GPs offered help to identify depression

FAMILY doctors fail to diagnose depression in half of affected cases, Dr Alastair Donald, president of the Royal College of General Practitioners, said yesterday.

As part of Depression Awareness Week, launched yesterday, depression and suicide 'checklists' are being offered to family doctors and other health professionals to help them recognise a condition that affects 1 in 20 people.

The yellow card, which shows how to assess degrees of depression from mild to 'suicide risk', tells doctors not to neglect to treat depression if they are also treating a physical illness. It reminds them that suicidal thoughts may be present even in mild depression.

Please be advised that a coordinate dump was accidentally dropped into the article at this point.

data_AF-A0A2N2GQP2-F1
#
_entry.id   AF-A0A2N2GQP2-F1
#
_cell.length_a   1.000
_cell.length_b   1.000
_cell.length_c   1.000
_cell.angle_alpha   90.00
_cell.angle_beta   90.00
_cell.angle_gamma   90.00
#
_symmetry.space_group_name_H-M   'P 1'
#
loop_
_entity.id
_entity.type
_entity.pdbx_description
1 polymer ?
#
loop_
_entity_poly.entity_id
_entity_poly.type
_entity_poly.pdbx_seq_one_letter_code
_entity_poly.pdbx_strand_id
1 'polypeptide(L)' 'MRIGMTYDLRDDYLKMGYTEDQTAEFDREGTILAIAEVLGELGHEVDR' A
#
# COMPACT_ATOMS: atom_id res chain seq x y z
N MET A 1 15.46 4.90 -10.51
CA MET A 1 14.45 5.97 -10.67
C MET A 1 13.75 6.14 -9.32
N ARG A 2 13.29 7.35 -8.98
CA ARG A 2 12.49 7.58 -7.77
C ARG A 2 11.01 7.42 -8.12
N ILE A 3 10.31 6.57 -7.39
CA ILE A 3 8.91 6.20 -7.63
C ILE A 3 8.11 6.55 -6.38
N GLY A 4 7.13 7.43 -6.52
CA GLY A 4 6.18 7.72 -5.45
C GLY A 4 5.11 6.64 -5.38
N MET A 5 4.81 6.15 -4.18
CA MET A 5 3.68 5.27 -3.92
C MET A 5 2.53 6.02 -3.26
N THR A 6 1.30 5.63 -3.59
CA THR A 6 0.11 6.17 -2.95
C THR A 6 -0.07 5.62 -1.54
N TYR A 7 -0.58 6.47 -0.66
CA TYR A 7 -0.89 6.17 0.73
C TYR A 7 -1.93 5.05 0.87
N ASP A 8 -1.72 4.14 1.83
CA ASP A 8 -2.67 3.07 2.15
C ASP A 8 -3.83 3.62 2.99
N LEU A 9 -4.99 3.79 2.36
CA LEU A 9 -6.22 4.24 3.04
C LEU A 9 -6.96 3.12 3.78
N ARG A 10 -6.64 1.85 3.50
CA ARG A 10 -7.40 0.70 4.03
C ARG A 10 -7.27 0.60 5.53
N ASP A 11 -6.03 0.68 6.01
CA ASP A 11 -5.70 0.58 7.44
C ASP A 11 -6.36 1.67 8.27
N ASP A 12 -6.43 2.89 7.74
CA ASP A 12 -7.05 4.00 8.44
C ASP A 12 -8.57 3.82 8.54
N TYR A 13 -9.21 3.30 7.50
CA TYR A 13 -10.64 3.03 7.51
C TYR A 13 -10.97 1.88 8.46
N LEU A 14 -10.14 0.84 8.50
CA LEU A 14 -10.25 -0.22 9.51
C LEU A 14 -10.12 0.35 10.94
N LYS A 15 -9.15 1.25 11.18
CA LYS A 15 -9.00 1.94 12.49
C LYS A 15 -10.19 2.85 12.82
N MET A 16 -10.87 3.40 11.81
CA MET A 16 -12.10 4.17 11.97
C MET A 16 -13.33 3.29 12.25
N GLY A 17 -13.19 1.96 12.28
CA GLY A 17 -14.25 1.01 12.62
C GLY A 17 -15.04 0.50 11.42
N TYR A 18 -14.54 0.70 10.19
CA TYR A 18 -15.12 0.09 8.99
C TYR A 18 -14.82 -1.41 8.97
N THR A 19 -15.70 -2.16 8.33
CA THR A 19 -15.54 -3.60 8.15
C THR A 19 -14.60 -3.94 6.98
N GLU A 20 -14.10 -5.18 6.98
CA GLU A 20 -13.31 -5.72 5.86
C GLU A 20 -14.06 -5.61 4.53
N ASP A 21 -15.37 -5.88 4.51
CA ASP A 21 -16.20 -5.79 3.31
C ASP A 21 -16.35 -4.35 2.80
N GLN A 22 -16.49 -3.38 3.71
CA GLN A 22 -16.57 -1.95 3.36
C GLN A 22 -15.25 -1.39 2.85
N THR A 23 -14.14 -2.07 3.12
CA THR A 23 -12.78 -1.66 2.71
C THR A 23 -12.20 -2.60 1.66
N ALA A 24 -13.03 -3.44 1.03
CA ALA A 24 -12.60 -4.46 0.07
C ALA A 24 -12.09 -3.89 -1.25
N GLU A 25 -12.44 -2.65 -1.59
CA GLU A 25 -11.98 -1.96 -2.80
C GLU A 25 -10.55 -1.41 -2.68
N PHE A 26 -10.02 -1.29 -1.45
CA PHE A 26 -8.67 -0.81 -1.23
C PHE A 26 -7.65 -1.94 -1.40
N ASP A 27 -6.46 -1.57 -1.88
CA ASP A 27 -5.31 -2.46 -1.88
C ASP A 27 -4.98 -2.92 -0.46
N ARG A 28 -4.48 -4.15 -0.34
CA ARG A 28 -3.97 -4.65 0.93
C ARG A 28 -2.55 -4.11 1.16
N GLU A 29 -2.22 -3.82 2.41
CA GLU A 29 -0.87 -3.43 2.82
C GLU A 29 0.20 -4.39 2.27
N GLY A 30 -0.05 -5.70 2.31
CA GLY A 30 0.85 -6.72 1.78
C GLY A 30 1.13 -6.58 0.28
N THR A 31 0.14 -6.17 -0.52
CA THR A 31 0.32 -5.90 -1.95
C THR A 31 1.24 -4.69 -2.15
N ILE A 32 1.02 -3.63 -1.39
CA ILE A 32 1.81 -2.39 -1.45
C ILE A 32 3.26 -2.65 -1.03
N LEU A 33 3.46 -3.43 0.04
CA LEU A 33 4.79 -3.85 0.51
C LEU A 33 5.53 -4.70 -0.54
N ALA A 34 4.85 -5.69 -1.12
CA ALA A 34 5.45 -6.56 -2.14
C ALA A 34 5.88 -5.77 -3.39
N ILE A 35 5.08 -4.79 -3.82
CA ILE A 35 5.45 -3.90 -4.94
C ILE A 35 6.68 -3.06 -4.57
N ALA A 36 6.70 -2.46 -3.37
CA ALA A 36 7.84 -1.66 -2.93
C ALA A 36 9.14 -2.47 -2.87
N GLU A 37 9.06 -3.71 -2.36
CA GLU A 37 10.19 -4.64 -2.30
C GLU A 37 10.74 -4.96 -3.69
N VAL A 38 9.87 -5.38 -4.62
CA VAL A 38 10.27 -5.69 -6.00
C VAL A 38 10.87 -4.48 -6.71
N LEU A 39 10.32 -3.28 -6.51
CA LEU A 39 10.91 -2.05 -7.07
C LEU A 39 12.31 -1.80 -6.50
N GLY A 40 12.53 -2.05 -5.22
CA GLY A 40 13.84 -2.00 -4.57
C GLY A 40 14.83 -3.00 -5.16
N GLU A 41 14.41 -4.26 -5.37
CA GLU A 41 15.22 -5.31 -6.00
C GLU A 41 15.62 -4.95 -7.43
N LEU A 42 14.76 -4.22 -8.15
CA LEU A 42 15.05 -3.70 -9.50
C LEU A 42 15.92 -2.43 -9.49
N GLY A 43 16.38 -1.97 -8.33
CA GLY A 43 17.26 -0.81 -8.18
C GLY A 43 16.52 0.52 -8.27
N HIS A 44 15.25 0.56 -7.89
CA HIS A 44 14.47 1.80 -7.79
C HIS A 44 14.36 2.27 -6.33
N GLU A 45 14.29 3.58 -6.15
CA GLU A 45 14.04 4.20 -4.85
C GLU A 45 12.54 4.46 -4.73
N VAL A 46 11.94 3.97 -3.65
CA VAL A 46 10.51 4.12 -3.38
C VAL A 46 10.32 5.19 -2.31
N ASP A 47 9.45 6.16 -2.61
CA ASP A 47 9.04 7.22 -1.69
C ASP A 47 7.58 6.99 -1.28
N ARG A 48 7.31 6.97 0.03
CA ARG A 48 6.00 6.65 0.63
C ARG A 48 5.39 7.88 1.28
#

The week, part of a campaign run by the Royal College of Psychiatrists with the support of the general practitioners, is aimed at removing the stigma from depressive illness. Dr Donald said that for two years GPs had been concerned about raising awareness of the problem and about how to treat it. But now they wanted to educate the public in the importance of recognising symptoms early.

Many patients gave their doctors no clues about their mental health. Dr Andre Tylee, senior lecturer in general practice and the Royal College of General Practitioners' mental health education fellow, said 60 per cent said they would be embarrassed to talk to their GP about being depressed; 67 per cent thought the GP might think them 'neurotic'; and 46 per cent feared the GP would not be sympathetic.

'It is essential that people feel they can be upfront about it and say to their GP at the start of an interview that they think they might be depressed,' he said.